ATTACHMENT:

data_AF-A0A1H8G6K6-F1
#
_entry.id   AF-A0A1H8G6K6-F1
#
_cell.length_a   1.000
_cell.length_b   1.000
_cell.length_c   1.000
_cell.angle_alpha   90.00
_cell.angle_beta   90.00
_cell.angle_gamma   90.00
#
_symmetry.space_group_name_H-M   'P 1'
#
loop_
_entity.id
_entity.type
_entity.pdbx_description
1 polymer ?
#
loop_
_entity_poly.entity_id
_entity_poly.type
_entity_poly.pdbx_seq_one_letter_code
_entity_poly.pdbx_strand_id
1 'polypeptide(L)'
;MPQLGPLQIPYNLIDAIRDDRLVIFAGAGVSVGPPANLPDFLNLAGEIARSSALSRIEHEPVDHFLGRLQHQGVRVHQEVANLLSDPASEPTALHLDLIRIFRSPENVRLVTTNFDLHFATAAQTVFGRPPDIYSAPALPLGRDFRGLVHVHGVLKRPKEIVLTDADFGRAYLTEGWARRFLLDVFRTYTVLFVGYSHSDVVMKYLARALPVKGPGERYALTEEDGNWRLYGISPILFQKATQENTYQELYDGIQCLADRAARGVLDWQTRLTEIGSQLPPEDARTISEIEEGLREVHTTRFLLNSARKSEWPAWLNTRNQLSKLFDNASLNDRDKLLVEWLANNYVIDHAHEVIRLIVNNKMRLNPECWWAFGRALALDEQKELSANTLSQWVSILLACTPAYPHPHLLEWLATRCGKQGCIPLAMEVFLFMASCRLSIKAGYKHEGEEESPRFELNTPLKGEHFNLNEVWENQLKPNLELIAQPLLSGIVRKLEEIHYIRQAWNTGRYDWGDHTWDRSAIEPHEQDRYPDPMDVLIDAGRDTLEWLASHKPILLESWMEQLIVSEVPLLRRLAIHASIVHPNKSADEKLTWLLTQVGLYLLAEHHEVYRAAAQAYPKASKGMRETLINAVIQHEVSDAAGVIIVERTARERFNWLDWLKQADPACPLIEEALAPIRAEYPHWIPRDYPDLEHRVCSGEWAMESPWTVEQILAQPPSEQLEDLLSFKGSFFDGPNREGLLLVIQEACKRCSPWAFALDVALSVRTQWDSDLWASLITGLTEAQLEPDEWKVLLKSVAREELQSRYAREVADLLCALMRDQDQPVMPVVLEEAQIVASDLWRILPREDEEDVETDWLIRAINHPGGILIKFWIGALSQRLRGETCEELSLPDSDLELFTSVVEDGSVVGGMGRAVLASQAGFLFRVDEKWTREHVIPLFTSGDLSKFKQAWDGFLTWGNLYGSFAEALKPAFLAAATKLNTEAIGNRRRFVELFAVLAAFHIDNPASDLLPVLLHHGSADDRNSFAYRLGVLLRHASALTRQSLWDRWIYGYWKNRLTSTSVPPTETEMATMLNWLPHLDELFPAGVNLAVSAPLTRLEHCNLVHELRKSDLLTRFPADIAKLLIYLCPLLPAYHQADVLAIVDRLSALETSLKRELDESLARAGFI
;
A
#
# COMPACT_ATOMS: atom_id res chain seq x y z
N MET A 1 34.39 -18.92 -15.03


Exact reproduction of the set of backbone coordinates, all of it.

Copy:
data_AF-A0A1H8G6K6-F1
#
_entry.id   AF-A0A1H8G6K6-F1
#
_cell.length_a   1.000
_cell.length_b   1.000
_cell.length_c   1.000
_cell.angle_alpha   90.00
_cell.angle_beta   90.00
_cell.angle_gamma   90.00
#
_symmetry.space_group_name_H-M   'P 1'
#
loop_
_entity.id
_entity.type
_entity.pdbx_description
1 polymer ?
#
loop_
_entity_poly.entity_id
_entity_poly.type
_entity_poly.pdbx_seq_one_letter_code
_entity_poly.pdbx_strand_id
1 'polypeptide(L)'
;MPQLGPLQIPYNLIDAIRDDRLVIFAGAGVSVGPPANLPDFLNLAGEIARSSALSRIEHEPVDHFLGRLQHQGVRVHQEVANLLSDPASEPTALHLDLIRIFRSPENVRLVTTNFDLHFATAAQTVFGRPPDIYSAPALPLGRDFRGLVHVHGVLKRPKEIVLTDADFGRAYLTEGWARRFLLDVFRTYTVLFVGYSHSDVVMKYLARALPVKGPGERYALTEEDGNWRLYGISPILFQKATQENTYQELYDGIQCLADRAARGVLDWQTRLTEIGSQLPPEDARTISEIEEGLREVHTTRFLLNSARKSEWPAWLNTRNQLSKLFDNASLNDRDKLLVEWLANNYVIDHAHEVIRLIVNNKMRLNPECWWAFGRALALDEQKELSANTLSQWVSILLACTPAYPHPHLLEWLATRCGKQGCIPLAMEVFLFMASCRLSIKAGYKHEGEEESPRFELNTPLKGEHFNLNEVWENQLKPNLELIAQPLLSGIVRKLEEIHYIRQAWNTGRYDWGDHTWDRSAIEPHEQDRYPDPMDVLIDAGRDTLEWLASHKPILLESWMEQLIVSEVPLLRRLAIHASIVHPNKSADEKLTWLLTQVGLYLLAEHHEVYRAAAQAYPKASKGMRETLINAVIQHEVSDAAGVIIVERTARERFNWLDWLKQADPACPLIEEALAPIRAEYPHWIPRDYPDLEHRVCSGEWAMESPWTVEQILAQPPSEQLEDLLSFKGSFFDGPNREGLLLVIQEACKRCSPWAFALDVALSVRTQWDSDLWASLITGLTEAQLEPDEWKVLLKSVAREELQSRYAREVADLLCALMRDQDQPVMPVVLEEAQIVASDLWRILPREDEEDVETDWLIRAINHPGGILIKFWIGALSQRLRGETCEELSLPDSDLELFTSVVEDGSVVGGMGRAVLASQAGFLFRVDEKWTREHVIPLFTSGDLSKFKQAWDGFLTWGNLYGSFAEALKPAFLAAATKLNTEAIGNRRRFVELFAVLAAFHIDNPASDLLPVLLHHGSADDRNSFAYRLGVLLRHASALTRQSLWDRWIYGYWKNRLTSTSVPPTETEMATMLNWLPHLDELFPAGVNLAVSAPLTRLEHCNLVHELRKSDLLTRFPADIAKLLIYLCPLLPAYHQADVLAIVDRLSALETSLKRELDESLARAGFI
;
A
#
# COMPACT_ATOMS: atom_id res chain seq x y z
N MET A 1 34.39 -18.92 -15.03